– “Christmas was originally a festival of the Winter Solstice. It was customary to hold great feasts in honor of the HEATHEN GODS. The early teachers of Christianity PROHIBITED THESE FESTIVALS as unsuited to the character of Christ. Yet the symbols and customs of the old festivals are adapted to the new, and so we find Christmas patterned with many customs of pagan origin.” “To the mind of the Puritans, Christmas smelled to heaven of idolatry… The Puritans abolished Christmas as a hateful relic of Popery.” The Customs of Mankind.
– “There were non-Christian elements present in the origin of Christmas. The giving of presents was a Roman custom. The Yule-tree [modern ‘Christmas Tree’] and the Yule-log are remnants of old Teutonic NATURE WORSHIP.” Schaff-Herzog Religious Encyclopedia.
– “Many current customs date back to pre-Christian origins: among them are Christmas decorations. The Romans ornamented their temples and homes with green boughs and flowers for the Saturnalia [Dec. 17-23] … The Druids gathered mistletoe and hung it in their homes; the Saxons used holly and ivy,” Encyclopedia Britannica.
The Christmas Tree
One of the most beloved traditions of Christmas is to cut down a tree, bring it into the house, secure it so it stands upright, decorate it, and put Christmas presents under it.
An interesting parallel to this is found in Jeremiah 10:1-5:
Hear you the word which Yahweh speaks unto you, O house of Israel: Thus says Yahweh, Learn not the way of the heathen, and be not dismayed at the signs of heaven; for the heathen are dismayed at them. For the customs of the people are vain: for one cuts a tree out of the forest, the work of the hands of the workman, with the ax. They deck it with silver and with gold; they fasten it with nails and with hammers, that it move not. They are upright as the palm tree, but speak not: they must needs be borne, because they cannot go. Be not afraid of them; for they cannot do evil, neither also is it in them to do good.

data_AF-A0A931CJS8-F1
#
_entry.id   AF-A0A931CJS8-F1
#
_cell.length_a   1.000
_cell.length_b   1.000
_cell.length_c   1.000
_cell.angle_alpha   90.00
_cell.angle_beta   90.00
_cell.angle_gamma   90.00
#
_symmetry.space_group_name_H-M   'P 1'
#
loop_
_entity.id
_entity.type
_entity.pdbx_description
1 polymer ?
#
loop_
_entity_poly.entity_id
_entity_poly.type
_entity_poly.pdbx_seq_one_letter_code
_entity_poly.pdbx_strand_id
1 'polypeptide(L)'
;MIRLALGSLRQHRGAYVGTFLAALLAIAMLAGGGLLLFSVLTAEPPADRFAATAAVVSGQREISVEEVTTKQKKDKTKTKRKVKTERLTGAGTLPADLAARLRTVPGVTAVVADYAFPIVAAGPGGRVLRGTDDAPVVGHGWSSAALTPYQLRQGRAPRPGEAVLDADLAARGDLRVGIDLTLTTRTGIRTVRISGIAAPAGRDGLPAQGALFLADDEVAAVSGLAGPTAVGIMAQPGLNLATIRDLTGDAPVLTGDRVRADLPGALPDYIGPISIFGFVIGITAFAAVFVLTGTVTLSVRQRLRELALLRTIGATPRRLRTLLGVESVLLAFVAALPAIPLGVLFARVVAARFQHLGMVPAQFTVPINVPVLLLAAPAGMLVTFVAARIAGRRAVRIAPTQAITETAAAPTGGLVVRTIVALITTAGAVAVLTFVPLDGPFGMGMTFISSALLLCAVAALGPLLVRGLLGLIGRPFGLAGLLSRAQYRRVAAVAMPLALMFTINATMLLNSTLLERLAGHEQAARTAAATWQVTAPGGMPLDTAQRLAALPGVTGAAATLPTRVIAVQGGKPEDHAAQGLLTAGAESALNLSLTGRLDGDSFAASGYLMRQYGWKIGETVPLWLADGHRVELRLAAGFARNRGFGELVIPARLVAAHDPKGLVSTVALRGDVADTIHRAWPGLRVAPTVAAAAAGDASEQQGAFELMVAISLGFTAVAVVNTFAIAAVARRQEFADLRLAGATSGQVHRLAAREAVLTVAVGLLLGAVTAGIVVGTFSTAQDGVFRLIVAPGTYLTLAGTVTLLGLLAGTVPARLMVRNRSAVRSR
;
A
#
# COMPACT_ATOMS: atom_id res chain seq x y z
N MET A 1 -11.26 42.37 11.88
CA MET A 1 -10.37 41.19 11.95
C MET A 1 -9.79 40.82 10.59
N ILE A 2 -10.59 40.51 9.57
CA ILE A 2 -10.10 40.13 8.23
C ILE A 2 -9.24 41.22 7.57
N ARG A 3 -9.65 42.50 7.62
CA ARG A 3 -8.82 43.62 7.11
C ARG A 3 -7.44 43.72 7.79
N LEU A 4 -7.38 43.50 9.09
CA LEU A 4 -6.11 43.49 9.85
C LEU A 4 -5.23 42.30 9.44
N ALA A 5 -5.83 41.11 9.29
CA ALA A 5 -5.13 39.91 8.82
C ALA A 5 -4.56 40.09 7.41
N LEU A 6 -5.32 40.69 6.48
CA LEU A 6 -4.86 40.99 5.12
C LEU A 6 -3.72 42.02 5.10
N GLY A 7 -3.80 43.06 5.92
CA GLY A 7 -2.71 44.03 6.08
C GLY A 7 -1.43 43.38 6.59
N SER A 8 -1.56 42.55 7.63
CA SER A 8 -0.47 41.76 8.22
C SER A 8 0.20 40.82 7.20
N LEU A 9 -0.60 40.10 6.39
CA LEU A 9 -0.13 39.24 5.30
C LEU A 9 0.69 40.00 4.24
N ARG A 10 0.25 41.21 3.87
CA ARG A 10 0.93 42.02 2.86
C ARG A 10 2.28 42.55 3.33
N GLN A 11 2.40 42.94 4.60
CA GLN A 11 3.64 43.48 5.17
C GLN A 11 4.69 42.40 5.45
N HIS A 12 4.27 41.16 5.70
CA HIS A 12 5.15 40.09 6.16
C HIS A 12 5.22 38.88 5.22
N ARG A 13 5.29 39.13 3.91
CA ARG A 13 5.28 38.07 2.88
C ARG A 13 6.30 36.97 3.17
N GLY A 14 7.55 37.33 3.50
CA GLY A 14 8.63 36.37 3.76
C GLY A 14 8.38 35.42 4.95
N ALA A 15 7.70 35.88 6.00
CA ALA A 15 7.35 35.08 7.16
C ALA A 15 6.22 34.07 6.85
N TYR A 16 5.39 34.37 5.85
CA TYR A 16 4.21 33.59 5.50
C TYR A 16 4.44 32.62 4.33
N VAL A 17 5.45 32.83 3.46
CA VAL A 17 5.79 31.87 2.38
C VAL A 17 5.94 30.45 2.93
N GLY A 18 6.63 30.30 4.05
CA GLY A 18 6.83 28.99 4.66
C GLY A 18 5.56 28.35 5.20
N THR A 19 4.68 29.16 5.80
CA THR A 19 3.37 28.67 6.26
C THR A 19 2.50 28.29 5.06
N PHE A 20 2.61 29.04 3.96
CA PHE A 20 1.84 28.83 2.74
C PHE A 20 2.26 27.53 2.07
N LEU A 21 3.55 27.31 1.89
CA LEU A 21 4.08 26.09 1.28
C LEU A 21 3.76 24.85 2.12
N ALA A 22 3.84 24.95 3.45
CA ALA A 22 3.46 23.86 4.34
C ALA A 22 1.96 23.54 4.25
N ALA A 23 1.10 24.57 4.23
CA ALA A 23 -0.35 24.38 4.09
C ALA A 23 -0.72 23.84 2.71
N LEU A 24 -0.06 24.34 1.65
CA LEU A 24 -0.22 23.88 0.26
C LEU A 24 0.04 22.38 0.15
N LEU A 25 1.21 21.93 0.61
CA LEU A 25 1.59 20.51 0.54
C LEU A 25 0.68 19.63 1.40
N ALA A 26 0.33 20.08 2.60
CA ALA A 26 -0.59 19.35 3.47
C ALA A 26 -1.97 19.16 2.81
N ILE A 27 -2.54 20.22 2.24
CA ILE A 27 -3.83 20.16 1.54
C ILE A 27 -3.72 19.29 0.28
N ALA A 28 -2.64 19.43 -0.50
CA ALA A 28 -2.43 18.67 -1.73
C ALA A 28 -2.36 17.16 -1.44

This is referring to the idolatry into which Israel fell as a result of learning pagan ways. Those who use Christmas trees today will say, “We are not worshipping our tree as idolatrous Israel did.” That may be true, however, what relation is there between cutting down a tree and decorating it and Messiah’s birthday? Regardless of the modern day intent, it was a pagan practice to do such things. Since there is no connection between Messiah’s birth and Christmas trees, and since we clearly see how Israel learned to do so from pagans, why would we want anything to do with such a practice?
– 2Kings 17:9-11: “And the children of Israel did secretly those things that were not right against Yahweh their God, and they built them high places in all their cities …. And they set them up images and groves [asherah] in every high hill, and under every green tree … and they wrought wicked things to provoke Yahweh to anger.” “We can find enough instances of the use of trees, even decorated ones such as the pine tree on which images of the god Attis were hung amid rows of ribbons at a spring festival, to convince us of the ultimately pagan origin of our custom,” Celebrations, p. 331.
– “He [St. Boniface] was trying to stamp out the pagan rite of sacrificing people to the oak tree. He led his followers into a forest at yule time. Showing them a fir tree, he said it pointed straight upward to the [Christ]. ‘Take this tree into your homes,’ he said, ‘as a sign of your new worship [Christianity]. Celebrate [Yahweh’s] power no more in the forest with shameful rites, but in the sanctity of your homes with laughter and love’,” Compton’s Encyclopedia and Fact Finder, vol. 5, p. 326.